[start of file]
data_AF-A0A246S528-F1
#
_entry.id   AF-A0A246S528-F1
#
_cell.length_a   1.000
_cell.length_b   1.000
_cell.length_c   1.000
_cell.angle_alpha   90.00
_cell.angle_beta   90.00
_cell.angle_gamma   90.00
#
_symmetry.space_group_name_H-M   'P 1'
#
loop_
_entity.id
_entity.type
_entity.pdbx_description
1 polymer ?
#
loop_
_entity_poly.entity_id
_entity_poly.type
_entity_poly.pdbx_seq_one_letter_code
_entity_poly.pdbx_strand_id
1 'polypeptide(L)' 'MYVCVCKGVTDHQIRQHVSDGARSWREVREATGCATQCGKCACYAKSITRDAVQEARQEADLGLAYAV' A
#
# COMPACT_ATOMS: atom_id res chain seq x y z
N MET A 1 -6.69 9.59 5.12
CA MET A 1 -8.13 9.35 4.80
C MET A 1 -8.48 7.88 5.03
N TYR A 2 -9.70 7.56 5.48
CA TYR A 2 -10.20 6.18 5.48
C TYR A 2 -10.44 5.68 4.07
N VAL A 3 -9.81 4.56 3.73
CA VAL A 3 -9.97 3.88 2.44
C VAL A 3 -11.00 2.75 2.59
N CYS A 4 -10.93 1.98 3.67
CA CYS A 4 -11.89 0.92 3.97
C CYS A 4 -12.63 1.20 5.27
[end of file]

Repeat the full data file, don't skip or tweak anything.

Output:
data_AF-A0A246S528-F1
#
_entry.id   AF-A0A246S528-F1
#
_cell.length_a   1.000
_cell.length_b   1.000
_cell.length_c   1.000
_cell.angle_alpha   90.00
_cell.angle_beta   90.00
_cell.angle_gamma   90.00
#
_symmetry.space_group_name_H-M   'P 1'
#
loop_
_entity.id
_entity.type
_entity.pdbx_description
1 polymer ?
#
loop_
_entity_poly.entity_id
_entity_poly.type
_entity_poly.pdbx_seq_one_letter_code
_entity_poly.pdbx_strand_id
1 'polypeptide(L)' 'MYVCVCKGVTDHQIRQHVSDGARSWREVREATGCATQCGKCACYAKSITRDAVQEARQEADLGLAYAV' A
#
# COMPACT_ATOMS: atom_id res chain seq x y z
N MET A 1 -6.69 9.59 5.12
CA MET A 1 -8.13 9.35 4.80
C MET A 1 -8.48 7.88 5.03
N TYR A 2 -9.70 7.56 5.48
CA TYR A 2 -10.20 6.18 5.48
C TYR A 2 -10.44 5.68 4.07
N VAL A 3 -9.81 4.56 3.73
CA VAL A 3 -9.97 3.88 2.44
C VAL A 3 -11.00 2.75 2.59
N CYS A 4 -10.93 1.98 3.67
CA CYS A 4 -11.89 0.92 3.97
C CYS A 4 -12.63 1.20 5.27